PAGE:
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Rosedale is likely the most prestigious and affluent neighbourhood in Toronto. The neighbourhood arose on the site of the former estate of William Botsford Jarvis. Rosedale was named by his wife, granddaughter of William Dummer Powell, for the wild roses that grew there in abundance.
Rosedale might just be Toronto’s most majestic neighbourhood. Tucked away and surrounded by two tranquil ravines, Rosedale’s meandering tree-lined streets can seduce you and make you quickly forget that the city centre is just moments away.
It is located north of downtown Toronto and is one of the city’s oldest neighbourhoods. Certainly also one of the wealthiest and most highly-priced neighbourhoods in all of Canada. It is known as the area where the Toronto’s “Old Money” lives, and is home to some of Canada’s richest and most famous citizens, including Ken Thomson who was the richest man in Canada at the time of his death.
Rosedale’s boundaries consist of the CPR railway tracks to the north, Yonge Street to the west, Bloor Street to the south, and Bayview Avenue to the east. The neighbourhood is within the City of Toronto’s Rosedale-Moore Park neighbourhood. The neighbourhood is divided into a north and south portion by the Rosedale Valley.
Homes in Rosedale are grand and historic, full of distinguished character. Though they may not be as large as some newer estates found in more suburban Toronto area locales, Rosedale homes abound in exquisite details and traditional beauty.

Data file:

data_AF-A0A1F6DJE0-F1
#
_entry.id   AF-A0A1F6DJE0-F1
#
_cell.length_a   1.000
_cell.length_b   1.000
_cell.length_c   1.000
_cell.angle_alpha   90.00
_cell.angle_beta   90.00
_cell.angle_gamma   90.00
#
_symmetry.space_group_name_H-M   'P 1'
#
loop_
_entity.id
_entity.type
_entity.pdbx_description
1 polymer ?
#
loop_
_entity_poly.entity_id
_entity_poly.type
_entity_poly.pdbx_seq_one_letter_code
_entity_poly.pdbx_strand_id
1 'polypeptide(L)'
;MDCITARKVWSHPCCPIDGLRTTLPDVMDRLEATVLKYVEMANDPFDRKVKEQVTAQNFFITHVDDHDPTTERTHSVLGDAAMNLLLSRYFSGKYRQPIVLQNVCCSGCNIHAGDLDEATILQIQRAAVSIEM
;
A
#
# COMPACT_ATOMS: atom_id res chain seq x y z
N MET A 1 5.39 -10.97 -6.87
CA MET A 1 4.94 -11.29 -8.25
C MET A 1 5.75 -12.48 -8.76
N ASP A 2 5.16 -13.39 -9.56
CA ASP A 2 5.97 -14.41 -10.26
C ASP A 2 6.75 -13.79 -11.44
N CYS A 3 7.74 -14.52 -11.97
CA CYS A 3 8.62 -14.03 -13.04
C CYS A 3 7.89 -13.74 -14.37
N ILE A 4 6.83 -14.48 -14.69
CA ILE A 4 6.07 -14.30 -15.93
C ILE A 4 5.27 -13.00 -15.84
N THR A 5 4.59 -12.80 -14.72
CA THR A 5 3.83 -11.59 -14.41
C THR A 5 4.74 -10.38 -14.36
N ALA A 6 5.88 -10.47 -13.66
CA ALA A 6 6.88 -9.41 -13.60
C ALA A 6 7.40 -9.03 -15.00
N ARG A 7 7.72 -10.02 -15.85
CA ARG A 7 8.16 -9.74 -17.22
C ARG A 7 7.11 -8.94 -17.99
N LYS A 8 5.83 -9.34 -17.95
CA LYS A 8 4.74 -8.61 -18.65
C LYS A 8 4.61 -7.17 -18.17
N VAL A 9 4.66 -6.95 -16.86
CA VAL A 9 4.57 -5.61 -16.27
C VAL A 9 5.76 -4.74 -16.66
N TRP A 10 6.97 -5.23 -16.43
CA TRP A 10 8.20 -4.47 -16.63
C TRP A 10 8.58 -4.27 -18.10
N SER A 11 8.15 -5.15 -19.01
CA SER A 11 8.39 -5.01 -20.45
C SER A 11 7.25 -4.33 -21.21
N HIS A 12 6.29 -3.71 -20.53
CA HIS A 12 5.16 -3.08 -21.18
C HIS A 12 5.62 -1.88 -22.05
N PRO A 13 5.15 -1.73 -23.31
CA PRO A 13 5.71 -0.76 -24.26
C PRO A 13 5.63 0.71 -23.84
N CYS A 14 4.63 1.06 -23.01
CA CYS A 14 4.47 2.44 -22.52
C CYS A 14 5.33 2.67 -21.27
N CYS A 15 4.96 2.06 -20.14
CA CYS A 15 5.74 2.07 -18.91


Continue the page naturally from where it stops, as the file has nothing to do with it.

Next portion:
Dating from as far back as the mid 1800s, Rosedale residences are mostly two and three storey detached designs, some of which feature carriage houses that are the size of a more typical single family Toronto home. An array of architectural styles can be found, including Victorian, Edwardian, Georgian, and Tudor.
The occasional contemporary new house might catch your eye, but these tend to be constructed with carefully selected materials to blend in with the surroundings. Luxurious Rosedale condos and moderately priced co-ops complete the Rosedale real estate spectrum.
For the high net worth individual who keeps an office in downtown Toronto, Rosedale is a perfect residential address. The financial district just minutes away by car or subway, with multiple stations nearby. Shopping is plentiful in the fine establishments at Summerhill, at Yonge and Bloor and in the boutiques of nearby Yorkville. Delectable eateries also await along Yonge Street and in Yorkville. Rosedale is also home to Whitney Public School, a junior school with an excellent reputation for academics, arts, athletics, and community involvement.
South Rosedale was first settled by Sheriff William Jarvis and his wife, Mary, in the 1820s. Mary Jarvis, whose frequent walks and horseback rides blazed the trails for Rosedale’s meandering streets (which are one of the area’s trademarks), named Rosedale as a tribute to the abundance of wild roses that graced the hillsides of the Jarvis estate. The Jarvis Family sold the Rosedale homestead in 1864, which led to the residential development of the area soon after.
Rosedale is built among three ravines, preserved as parkland. Rosedale has convoluted routes through the neighbourhood and other physical boundaries, and thus it has low levels of vehicular traffic. Even though Rosedale is located in the middle of Toronto, virtually no vehicular traffic can be heard due to the abundance of trees and foliage that surround the community. The homes are mostly single family detached dwellings.
A noteworthy piece of Rosedale’s History, is that is was home to Ontario’s fourth Government House. The house was called Chorley Park, and it was built for the Lieutenant Governor in 1915. Truly one of the most elegant and massive homes ever on Toronto, it was a criminal shame when it was demolished in 1960 by the city of Toronto to save money. It is now a public park of the same name.